Hong Kong Journalists Association deplores press freedom “in tatters”

In a report published on 15th July, the Hong Kong Journalists Association (HKJA) deplored the severe deterioration of press freedom, left “in tatters” by the government’s repressive policies.

In its annual report published on 15th of July, 2021, the Hong Kong Journalists Association (HKJA) denounced the severe deterioration of press freedom, left “in tatters” by the government. The report most notably denounced the arrest of Apple Daily founder Jimmy Lai and the forced closure of it’s media outlet, the increased censorship in public media, the China-imposed National Security Law and considered that the policies of such a “repressive government” not only damage the diversity of the city’s media scene but also its international reputation.

"Unfortunately, this report reflects the full extent of Hong Kong’s press freedom deterioration" says head of the Reporters Without Borders (RSF) East Asia bureau Cédric Alviani, who calls on the international community “to put pressure on the Hong Kong government and Chinese regime to end their attacks against press freedom, a right enshrined in Hong Kong’s Basic Law.”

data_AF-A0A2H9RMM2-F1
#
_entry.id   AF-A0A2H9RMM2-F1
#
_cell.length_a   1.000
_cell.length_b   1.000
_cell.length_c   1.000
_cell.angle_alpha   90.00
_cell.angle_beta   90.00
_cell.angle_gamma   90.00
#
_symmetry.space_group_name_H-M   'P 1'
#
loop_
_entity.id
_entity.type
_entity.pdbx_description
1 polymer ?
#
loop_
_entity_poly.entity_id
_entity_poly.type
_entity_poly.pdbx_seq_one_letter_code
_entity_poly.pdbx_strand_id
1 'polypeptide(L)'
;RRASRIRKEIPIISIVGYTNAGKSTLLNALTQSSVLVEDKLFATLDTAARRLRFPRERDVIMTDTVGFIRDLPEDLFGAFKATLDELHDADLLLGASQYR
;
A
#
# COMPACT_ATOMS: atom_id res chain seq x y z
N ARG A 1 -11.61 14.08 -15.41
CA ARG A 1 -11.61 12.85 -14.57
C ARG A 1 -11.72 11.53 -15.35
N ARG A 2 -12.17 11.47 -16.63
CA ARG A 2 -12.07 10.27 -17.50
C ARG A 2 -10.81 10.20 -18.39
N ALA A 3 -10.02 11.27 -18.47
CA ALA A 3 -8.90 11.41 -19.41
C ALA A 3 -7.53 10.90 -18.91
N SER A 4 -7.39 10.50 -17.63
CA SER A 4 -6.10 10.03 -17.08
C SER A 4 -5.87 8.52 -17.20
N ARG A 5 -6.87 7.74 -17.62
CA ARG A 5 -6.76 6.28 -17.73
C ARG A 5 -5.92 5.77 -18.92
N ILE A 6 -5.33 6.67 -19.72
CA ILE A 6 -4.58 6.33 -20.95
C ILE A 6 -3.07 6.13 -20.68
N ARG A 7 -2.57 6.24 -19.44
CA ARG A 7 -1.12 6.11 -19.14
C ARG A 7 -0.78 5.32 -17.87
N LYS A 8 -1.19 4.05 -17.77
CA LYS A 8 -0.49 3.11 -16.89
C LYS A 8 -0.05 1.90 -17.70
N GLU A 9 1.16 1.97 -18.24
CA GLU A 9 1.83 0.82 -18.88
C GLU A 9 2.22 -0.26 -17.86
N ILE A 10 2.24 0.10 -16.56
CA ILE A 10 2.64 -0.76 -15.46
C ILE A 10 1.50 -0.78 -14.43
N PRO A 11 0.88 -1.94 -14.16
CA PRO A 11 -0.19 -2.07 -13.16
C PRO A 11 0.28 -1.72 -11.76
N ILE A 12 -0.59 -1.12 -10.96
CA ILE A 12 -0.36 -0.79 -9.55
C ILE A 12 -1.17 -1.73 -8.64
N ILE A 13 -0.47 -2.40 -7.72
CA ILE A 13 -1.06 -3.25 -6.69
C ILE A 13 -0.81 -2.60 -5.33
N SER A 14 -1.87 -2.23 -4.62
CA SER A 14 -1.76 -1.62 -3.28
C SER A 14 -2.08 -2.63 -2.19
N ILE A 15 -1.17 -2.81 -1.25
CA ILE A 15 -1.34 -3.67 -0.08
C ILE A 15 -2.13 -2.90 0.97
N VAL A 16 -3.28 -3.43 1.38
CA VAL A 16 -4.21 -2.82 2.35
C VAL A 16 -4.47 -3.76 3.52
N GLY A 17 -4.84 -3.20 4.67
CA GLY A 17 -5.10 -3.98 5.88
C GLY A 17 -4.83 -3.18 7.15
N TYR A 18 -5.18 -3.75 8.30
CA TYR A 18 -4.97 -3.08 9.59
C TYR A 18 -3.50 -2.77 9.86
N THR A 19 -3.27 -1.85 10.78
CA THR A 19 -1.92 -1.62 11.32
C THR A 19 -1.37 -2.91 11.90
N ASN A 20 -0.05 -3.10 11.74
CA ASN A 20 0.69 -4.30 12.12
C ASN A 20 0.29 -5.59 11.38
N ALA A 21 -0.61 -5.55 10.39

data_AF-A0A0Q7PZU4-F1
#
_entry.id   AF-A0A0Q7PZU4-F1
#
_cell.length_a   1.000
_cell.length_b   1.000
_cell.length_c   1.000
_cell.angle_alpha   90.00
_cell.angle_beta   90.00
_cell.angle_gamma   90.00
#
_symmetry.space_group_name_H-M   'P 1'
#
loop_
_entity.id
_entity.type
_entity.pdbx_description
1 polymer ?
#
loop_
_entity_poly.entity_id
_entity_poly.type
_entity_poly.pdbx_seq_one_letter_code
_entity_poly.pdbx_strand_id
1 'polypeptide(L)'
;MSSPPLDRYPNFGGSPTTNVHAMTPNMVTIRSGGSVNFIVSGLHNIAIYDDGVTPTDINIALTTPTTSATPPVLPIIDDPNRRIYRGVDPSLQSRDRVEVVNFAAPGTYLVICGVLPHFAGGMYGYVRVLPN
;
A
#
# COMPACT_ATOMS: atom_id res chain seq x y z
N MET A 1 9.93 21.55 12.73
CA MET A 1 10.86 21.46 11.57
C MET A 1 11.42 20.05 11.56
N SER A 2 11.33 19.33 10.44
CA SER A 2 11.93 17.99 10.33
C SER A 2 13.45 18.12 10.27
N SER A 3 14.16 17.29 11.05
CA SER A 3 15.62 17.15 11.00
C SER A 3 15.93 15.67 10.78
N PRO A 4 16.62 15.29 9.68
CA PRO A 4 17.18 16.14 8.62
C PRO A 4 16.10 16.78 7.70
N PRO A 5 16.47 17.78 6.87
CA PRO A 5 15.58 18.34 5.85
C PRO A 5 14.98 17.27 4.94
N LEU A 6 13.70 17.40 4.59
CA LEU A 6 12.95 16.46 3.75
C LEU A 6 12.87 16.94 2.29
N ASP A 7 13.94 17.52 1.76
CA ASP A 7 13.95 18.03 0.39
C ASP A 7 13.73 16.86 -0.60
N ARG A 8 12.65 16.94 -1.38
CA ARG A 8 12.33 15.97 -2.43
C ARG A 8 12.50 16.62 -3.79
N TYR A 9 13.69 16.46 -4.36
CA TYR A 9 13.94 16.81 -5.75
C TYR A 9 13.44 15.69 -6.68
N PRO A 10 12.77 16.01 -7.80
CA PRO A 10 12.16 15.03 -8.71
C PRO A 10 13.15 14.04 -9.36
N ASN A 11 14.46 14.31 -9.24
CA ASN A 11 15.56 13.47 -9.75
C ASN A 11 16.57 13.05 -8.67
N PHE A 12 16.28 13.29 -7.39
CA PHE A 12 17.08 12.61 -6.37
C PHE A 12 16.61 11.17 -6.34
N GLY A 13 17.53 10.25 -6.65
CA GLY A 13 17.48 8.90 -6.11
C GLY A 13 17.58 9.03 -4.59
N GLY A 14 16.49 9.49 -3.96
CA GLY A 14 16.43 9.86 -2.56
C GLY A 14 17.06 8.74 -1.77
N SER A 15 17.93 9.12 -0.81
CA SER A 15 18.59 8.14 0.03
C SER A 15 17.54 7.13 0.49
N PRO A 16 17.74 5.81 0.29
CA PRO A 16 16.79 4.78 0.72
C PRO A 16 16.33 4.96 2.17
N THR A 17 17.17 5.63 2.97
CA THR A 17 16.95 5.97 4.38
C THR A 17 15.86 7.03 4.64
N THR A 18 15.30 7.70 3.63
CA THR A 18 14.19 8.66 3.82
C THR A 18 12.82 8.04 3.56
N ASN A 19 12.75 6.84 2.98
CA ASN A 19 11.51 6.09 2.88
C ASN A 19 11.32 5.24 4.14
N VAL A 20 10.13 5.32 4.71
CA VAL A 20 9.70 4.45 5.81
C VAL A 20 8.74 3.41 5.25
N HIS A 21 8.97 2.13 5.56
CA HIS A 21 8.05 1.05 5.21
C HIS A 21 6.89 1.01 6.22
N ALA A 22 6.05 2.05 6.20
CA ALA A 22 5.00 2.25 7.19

A year after the adoption by China of National Security Law, at least ten journalists and press freedom defenders have been arrested under this law and are facing life sentences. To date, five of them are still detained, including Apple Daily founder and 2020 RSF Press Freedom Awards laureate Jimmy Lai. This regulation also justified, at the end of June, 2021 the freezing of last independent Chinese-language print media Apple Daily’s financial assets, hence forced to cease all its activity.

RSF has recently submitted two appeals urging the United Nations to “take all necessary measures” to safeguard press freedom in Hong Kong and obtain the immediate release of the Apple Daily founder Jimmy Lai.

Hong Kong, once a bastion of press freedom, has fallen from 18th place in 2002 to 80th place in the 2021 RSF World Press Freedom Index. The People's Republic of China, the world’s largest captor of journalists with at least 119 detained, often in life-threatening conditions, for its part, has stagnated at 177th out of 180.